But that’s basically where any of my concerns ended. We ordered a few items off the menu and then scolded ourselves for our multiple late afternoon restaurant visits. I scanned the room to make sure there were no fellow dim sum diners, or ice cream attendees, there to judge us on our endless eating excursions. I partook in the chiding, but secretly was rejoicing at the idea of tasting the pies, cookies and other carbohydrate loaded treats that were being warmed in the bread ovens.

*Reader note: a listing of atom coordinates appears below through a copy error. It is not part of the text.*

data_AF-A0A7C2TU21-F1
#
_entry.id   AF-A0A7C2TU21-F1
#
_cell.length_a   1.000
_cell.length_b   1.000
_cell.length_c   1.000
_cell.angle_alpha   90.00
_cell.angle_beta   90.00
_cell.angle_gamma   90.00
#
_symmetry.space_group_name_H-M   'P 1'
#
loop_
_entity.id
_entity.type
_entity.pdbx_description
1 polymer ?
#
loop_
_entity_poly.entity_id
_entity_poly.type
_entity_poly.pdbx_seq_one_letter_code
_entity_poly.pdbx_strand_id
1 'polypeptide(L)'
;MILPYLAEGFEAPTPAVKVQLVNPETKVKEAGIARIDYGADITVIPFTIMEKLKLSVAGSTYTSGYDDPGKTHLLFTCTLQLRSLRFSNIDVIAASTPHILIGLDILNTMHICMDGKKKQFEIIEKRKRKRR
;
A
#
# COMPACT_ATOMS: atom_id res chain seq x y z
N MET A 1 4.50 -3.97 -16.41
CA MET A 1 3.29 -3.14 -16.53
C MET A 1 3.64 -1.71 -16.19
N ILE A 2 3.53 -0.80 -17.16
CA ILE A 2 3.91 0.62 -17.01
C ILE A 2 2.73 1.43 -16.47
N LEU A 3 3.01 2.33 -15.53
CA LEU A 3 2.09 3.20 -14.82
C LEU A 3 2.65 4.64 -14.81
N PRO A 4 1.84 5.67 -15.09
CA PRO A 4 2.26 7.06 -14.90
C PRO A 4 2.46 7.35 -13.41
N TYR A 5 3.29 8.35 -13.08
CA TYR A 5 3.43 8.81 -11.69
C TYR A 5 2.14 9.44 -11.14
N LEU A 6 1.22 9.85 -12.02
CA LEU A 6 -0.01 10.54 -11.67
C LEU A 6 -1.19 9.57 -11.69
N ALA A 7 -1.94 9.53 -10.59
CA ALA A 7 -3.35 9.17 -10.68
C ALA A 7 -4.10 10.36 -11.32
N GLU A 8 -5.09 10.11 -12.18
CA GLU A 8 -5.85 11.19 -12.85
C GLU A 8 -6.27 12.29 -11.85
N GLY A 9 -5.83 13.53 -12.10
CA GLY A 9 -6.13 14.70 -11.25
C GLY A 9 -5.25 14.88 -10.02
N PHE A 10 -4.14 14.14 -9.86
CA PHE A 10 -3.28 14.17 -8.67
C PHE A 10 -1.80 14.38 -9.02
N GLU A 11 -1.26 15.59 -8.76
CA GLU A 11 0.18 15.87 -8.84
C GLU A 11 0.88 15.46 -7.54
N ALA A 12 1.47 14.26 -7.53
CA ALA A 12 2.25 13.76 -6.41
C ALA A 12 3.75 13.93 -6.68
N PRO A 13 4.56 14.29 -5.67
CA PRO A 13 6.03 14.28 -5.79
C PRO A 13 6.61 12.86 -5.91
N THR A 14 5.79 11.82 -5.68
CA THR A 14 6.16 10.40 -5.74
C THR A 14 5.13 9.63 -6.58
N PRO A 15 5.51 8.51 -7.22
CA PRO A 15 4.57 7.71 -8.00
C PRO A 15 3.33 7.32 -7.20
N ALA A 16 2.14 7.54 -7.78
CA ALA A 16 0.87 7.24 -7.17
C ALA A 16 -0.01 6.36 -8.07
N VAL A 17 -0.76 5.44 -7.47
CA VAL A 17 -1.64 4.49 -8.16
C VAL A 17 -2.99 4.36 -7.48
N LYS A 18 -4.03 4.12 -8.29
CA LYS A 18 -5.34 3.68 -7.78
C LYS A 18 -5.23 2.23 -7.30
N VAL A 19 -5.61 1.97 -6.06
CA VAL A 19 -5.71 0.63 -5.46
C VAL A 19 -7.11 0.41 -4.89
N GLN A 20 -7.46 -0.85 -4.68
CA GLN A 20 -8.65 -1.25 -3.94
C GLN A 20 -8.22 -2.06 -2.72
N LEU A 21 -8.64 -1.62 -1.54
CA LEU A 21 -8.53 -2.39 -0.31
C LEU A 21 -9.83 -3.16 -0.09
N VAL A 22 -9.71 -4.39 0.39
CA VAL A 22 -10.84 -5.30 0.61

I think the Milk Bar picked the perfect season to open. It was a brisk 55 degrees today, everyone was wearing layers of scarves and coats, and we were all snuggled inside the warm environment waiting to fill our faces with toasty breads and sweet desserts. The couple next to us was sharing a soy pistachio caramel soft serve, pumpkin pie and some fresh bread. I could only be envious for a few moments before Styrofoam boxes were plopped in front of our noses and brought my attention back to the food that would soon be joining the dim sum in my tummy. We opened the containers and drooled at the sight of the Dulce de Leche cake. It was three layers of incredibly dense, tooth-achingly sweet caramel goodness. I took a few bites of the cake and had to close my eyes. It was possibly the richest cake I’ve ever tasted. And the behemoth slice they served us could easily serve three, so for $5 dollars, I would say it was worth the joy and cavities it provided. The snicker doodle was also large, moist and utterly appropriate for fall. The grand finale was something termed a volcano. This volcano is destructive and should be handled with caution. This savory item is composed of potato gratin, bacon, and melted onions, all tucked inside a bread and baked to perfection. Then it’s topped with Gruyere. It’s rich and hearty, completely satisfying and explosively delicious. This volcano tipped me over the brink of satiety and I was forced to head home and recover on the sofa…and plan my dinner menu.